The loss of coordination means that performing any physical activities under the effect of DMT is not advised, as it may cause injury. DMT is best enjoyed in a spacious, comfortable environment, lying down, and with a sober sitter present. The visual distortions DMT causes can completely alter your perception of the situation. This can result in massive confusion, which may escalate into anxiety or panic. The closed-eyed visualizations can also be overwhelming and may cause a feeling of discomfort or fear or, more remarkably, psychological trauma. Bad trips on DMT are not uncommon, and they can be far more harrowing than on other psychedelics.
DMT can also create a feeling of dissociation between the mind/soul and the body. Losing this connection is viewed by some as the hallmark of the DMT experience, and it can catalyze incredibly powerful and profound shifts in consciousness. However, it can also produce symptoms of depersonalization, which may be challenging to recover from and integrate. Lastly, the cases where DMT might be potentially dangerous are those when it is used in interaction with other drugs or medication. Primarily, it should not be mixed with any substance that influences serotonin levels (such as anti-depressant medication) or alters blood pressure (such as alcohol or hyper/hypotension medication).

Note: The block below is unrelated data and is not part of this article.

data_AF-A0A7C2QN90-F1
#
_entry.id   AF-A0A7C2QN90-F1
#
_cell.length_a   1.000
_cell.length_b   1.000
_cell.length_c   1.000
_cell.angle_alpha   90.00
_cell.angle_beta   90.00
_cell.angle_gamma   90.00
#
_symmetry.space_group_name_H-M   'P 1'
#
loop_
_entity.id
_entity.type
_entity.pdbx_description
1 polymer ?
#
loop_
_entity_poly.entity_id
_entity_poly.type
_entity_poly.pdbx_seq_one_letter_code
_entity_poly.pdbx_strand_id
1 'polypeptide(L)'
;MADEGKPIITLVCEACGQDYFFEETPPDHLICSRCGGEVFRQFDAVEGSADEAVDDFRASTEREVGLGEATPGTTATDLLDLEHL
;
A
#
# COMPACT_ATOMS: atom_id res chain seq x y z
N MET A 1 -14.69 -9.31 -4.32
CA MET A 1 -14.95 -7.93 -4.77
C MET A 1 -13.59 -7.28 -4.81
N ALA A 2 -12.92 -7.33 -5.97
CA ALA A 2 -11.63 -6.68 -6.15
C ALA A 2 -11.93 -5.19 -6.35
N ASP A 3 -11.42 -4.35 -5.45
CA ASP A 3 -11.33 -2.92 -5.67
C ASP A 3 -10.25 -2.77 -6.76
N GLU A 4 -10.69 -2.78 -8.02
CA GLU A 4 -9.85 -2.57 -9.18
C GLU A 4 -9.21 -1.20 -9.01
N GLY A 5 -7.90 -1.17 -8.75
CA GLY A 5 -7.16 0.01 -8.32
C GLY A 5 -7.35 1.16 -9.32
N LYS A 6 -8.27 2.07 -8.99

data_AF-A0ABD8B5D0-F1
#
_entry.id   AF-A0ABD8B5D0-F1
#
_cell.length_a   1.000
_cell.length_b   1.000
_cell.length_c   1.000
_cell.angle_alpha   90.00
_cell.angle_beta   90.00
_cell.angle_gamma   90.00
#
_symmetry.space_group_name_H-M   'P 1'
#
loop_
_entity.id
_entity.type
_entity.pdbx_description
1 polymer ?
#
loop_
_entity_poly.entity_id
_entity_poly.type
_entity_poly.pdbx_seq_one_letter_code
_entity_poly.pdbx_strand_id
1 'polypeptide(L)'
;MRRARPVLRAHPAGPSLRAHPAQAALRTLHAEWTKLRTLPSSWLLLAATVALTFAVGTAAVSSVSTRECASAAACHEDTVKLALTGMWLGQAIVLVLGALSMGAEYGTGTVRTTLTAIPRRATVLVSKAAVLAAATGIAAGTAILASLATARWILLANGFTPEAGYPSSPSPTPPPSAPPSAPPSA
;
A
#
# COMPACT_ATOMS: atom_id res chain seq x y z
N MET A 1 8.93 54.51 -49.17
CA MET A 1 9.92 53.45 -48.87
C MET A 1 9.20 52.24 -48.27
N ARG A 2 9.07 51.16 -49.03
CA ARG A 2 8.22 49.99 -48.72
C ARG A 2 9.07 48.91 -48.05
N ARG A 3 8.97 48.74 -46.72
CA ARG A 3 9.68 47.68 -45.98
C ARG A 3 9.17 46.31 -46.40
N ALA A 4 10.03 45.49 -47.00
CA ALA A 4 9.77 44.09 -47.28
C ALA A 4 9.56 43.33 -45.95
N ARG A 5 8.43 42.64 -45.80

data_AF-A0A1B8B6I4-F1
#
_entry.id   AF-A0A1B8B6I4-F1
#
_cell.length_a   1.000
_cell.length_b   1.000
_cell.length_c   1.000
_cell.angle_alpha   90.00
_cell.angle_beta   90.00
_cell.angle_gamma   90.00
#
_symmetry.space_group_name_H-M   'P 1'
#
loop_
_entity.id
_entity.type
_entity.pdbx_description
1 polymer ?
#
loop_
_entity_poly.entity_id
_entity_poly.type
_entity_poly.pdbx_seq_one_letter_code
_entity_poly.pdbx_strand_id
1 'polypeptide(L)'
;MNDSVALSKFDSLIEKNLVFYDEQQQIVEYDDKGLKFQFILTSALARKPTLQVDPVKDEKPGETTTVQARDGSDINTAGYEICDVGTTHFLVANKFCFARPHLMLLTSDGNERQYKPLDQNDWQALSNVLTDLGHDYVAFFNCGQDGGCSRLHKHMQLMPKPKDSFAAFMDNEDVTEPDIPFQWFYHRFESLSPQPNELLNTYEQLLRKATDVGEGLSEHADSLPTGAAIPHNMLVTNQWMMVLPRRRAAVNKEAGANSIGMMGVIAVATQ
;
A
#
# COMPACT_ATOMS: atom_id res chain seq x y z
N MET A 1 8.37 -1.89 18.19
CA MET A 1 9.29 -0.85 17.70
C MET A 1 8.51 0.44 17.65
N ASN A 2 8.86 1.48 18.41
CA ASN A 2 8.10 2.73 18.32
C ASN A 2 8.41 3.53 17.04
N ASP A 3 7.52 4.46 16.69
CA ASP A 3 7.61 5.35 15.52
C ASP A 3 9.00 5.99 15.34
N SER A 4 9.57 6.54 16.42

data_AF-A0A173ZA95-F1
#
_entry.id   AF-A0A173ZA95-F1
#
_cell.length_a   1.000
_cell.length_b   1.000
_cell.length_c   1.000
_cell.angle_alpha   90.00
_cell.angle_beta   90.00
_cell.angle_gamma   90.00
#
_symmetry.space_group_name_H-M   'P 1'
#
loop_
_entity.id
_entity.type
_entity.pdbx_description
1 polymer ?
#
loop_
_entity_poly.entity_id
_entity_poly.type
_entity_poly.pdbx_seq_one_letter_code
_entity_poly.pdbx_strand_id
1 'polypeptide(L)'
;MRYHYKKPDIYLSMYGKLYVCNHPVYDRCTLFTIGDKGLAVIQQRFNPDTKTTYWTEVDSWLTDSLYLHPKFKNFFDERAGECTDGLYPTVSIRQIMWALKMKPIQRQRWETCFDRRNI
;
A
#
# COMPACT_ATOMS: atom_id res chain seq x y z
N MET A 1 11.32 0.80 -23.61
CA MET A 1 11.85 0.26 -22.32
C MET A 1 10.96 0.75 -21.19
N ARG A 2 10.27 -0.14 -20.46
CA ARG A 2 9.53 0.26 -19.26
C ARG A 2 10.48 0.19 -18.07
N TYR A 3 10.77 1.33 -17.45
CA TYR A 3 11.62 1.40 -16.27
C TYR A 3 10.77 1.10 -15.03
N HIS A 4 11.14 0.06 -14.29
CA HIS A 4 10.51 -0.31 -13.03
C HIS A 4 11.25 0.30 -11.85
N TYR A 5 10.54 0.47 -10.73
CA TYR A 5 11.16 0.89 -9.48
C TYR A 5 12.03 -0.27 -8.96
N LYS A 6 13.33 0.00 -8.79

These interactions can lead to serotonin syndrome or hypertensive crisis, respectively, both of which can have fatal outcomes. This applies with even more gravity if MAOIs are used in combination with DMT, as they potentiate these effects even more. It goes without saying that other psychoactive substances. Such as opioids, CNS depressants or stimulants, phenethylamines, methamphetamines, barbiturates, antipsychotics, and the like, should not be used simultaneously with DMT. The interactions have not yet been thoroughly researched, but reasonable assumptions say that there may be the risk of harm.
Once again, when smoking DMT, have a sober sitter present in case anything goes wrong. We hope this guide has been informative and helpful for your psychonautical endeavours. Safe tripping!